What is Commercial auto insurance?

Commercial auto insurance is a specialized coverage for a business that addresses the unique risks of fleet operations. It’s not a personal auto insurance policy. It’s for businesses that have one vehicle for occasional deliveries to a large fleet that hauls goods across the country. That’s why it’s considered a business insurance.

This coverage protects against liabilities that can arise from accidents, theft, vandalism or other unexpected events involving company vehicles. By having commercial auto coverage, businesses not only protect their investment in transportation assets but also the continuity of operations no matter what the open road brings. It’s an essential part of a business risk management plan. You can’t operate as a motor carrier in the trucking industry without commercial trucking insurance.

Insurance form on clipboard with blue background

How Much Does Commercial Auto Insurance Cost?

Commercial auto insurance costs vary widely depending on several factors such as type of business, value of the vehicles, driving history, and coverage required. Let’s break down the costs for various drivers:

Cost for Drivers Leasing from a Company:

When drivers lease a vehicle from a company, they often need to get their own primary liability insurance to cover damages to others in case of an accident. The average cost for this premium is $1,000 to $3,000 annually. This wide range is due to variations in driving history, type of vehicle being driven, and area of operation. Note that the company from which they are leasing might have certain insurance requirements that the driver needs to meet. In addition to primary liability, drivers might also need to get physical damage coverage (which covers damage to the leased vehicle) and this can cost an additional $1,500 to $2,500 a year depending on the value of the vehicle and chosen deductible.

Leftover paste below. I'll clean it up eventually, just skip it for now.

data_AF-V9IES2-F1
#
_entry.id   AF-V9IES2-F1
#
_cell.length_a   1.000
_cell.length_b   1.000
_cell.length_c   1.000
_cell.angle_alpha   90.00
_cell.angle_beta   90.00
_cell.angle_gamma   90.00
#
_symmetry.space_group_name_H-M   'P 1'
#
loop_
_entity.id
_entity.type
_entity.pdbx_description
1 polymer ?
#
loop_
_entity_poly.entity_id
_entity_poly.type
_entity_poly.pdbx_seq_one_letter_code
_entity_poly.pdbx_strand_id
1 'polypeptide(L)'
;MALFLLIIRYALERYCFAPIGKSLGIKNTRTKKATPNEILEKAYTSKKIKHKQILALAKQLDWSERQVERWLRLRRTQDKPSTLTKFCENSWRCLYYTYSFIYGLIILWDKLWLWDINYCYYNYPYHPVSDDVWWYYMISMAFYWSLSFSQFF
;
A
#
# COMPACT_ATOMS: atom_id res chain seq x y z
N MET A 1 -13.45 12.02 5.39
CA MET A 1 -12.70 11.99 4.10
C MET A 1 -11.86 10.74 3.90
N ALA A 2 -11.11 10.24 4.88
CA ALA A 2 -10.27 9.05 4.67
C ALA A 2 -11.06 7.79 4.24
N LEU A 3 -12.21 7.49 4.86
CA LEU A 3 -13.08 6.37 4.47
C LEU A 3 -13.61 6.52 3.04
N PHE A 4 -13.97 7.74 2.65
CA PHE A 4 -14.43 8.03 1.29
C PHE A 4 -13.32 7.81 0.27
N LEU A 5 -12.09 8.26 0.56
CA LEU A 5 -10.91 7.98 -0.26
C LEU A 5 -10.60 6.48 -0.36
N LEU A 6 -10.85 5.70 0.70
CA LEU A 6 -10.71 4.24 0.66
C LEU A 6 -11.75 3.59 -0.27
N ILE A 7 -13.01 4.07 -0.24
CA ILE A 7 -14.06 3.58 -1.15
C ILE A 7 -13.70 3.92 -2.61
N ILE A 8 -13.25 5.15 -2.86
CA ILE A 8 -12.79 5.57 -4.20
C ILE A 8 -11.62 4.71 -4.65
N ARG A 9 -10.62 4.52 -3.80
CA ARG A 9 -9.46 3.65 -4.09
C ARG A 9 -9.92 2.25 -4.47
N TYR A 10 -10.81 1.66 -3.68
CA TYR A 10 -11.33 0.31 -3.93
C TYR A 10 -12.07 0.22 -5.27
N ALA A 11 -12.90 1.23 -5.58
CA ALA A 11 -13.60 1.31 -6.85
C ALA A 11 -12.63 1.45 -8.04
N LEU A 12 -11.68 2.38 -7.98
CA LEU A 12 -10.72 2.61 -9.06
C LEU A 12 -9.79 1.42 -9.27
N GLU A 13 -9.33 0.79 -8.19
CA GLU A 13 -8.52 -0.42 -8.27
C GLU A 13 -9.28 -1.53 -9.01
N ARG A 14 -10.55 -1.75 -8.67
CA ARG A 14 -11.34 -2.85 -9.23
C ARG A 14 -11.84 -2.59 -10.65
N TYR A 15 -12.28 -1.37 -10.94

Cost for Owner-Operators:

Owner-operators who own and operate their own vehicles usually have the highest insurance premiums because they need full coverage. An owner-operator can expect to pay anywhere from $8,000 to $14,000 annually for a comprehensive commercial auto insurance package. This would include primary liability, physical damage, and possibly additional coverage like cargo insurance depending on their business. As with all insurance rates, these figures can vary based on age, type of vehicle, geographic location, and type of cargo they are hauling. Clean driving records also affect commercial truck insurance costs especially for owner-operators.

Cost for Company Drivers – $0:

Company drivers are in a special situation when it comes to commercial auto insurance. They don’t need to pay for their own commercial auto insurance since they operate vehicles owned by the company they work for. It’s the company’s responsibility to provide and pay for all necessary insurance coverages. So company drivers have an insurance cost of $0.

What vehicles are covered by commercial auto insurance?

What’s covered? Commercial auto insurance covers a wide range of vehicles including but not limited to cars, trucks, vans, buses, and various trailers. Any semi-truck would need to be covered by this insurance. In essence, if a vehicle’s primary use aligns with the business needs, it generally falls under commercial auto insurance.

Are you covered written on paper with thumb tack

What’s Not Covered?

Commercial auto insurance while broad has its limitations. Personal vehicles not used for business purposes are usually excluded even if they occasionally do business-related activities. Intentional damages caused by the insured party are not covered. Some policies may exclude specific types of cargo especially if it’s hazardous.

Wear and tear, mechanical breakdowns, and damage from war or nuclear risks are also excluded. Policyholders must review their policy documents and talk to their insurance provider to understand what’s covered and what’s not.

Truck with boxes driving down road